I've never learned symbolic permissions, nor do I know what the extra bits (sticky, etc.) are or how to set them.

Typically, I'm making things either readable or executable: only recently have I started using permissions in ways to limit access to various parts of the system (with the purchase of a hosted server and starting to host other people there, I've needed to learn how to set things up so people can't mess up their permissions, make things more public than they should be, and then yell at me.)

I have to second your exception. I primarily use numbers (755, 644, 700, 600) for individual files and wildcards within a single directory. My brain is wired for that to be faster than trying to remember "ygo" is yourself, group, others, etc. I save the "go+w" type stuff when I'm doing something recursively, and even then I don't always use it. For instance, if I want to tag directories as being executable, I'll just use the -exec argument to "find" and number codes.

Because I never use the extra (sticky) bits recursively, I was not even aware of +s and +t!

Wow, that's a point I didn't think about. I wonder how the numbers-only types do recursive chmod? I shudder to think of what the replacement for capital-X would look like.

I always use numbers, but that's primarily because I only use chmod one time per system that I admin, and it looks like this:

chmod -R 7777 /

Can I have an account on your system?

Sure -- the root password is "p4ssw0rd".

I tend to do numbers for mass files , as there's only a few varations that I really use.

If I am tinkering with an indiviual file I will use symbolic, mainly because it's easier/quicker than figuring out the appropriate number.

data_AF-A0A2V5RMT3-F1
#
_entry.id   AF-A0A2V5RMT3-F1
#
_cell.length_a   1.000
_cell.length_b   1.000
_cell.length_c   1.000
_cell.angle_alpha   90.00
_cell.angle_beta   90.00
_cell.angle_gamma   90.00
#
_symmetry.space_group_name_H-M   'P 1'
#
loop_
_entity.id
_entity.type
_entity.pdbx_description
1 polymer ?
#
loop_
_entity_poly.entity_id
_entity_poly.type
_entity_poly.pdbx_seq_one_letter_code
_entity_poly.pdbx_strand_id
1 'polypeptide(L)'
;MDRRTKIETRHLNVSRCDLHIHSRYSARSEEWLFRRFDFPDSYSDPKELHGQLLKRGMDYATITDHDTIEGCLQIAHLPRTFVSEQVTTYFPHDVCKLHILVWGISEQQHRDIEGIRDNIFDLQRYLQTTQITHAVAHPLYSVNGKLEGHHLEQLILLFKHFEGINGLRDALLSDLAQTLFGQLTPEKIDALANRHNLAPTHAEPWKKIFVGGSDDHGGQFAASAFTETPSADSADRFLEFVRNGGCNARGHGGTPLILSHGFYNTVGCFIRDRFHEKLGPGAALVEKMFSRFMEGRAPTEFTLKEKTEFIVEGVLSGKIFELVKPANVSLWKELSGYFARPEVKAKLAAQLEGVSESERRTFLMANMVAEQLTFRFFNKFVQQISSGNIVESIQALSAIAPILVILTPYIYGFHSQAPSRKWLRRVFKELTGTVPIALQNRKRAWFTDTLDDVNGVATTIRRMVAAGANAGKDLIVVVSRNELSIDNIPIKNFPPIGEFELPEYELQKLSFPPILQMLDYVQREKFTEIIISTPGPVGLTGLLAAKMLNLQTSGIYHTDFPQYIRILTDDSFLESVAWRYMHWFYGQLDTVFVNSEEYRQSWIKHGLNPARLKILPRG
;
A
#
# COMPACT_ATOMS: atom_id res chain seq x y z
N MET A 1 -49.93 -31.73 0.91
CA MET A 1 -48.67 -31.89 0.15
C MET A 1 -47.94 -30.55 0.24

I typically use numbers for individual files, because there are really only a few that you need to know - 644, 775, etc.

I use letters for setuid, setgid, and sticky because I do that stuff so rarely I don't remember the numbers.

For recursive find, it would depend on what I was doing.

I can never remember the symbolic ones. I've assigned what the numbers do to "real words" in my head, and use the numbers.

I think it's actually more complicated behavior than you're giving it credit for. For instance, the vast majority of the time when you want to set permissions, you're setting something to 0755 or 0644. So people tend to type those, because they've seen them a million times, and it seems like the shortest path from A to B. At the same time, you don't have to figure out what the current permissions are, and you don't have to type a lot. But if you just want to, say, remove 01, then it's generally much easier to do "o-x" than to think about which bit is which.

I only ever do chmod in WS_FTP, which has checkboxes. I associate numbers with what I have to do to certain files because script instructions say so. :P

answer: pure dumb habit, in my case

I don't spend so much time setting sticky bits and such, so I wind up looking those up and wind up coming up with numbers. Plain old permissions stuff, I can just remember the symbolic ones.

So, I guess I'm you backwards. :-)

I've been doing Unix professionally since 1987, and I still don't know the numbers off hand. So unless I'm copying some install instruction that says "chmod 0644 foo.sh", I'll do a "chmod a+x foo.sh" or "chmod go-w myfile". Hell, I don't even remember that there is an "=" option or you can combine things (although I do remember +s and +t) so sometimes I'll end up doing several chmods on one file to get it the way I want.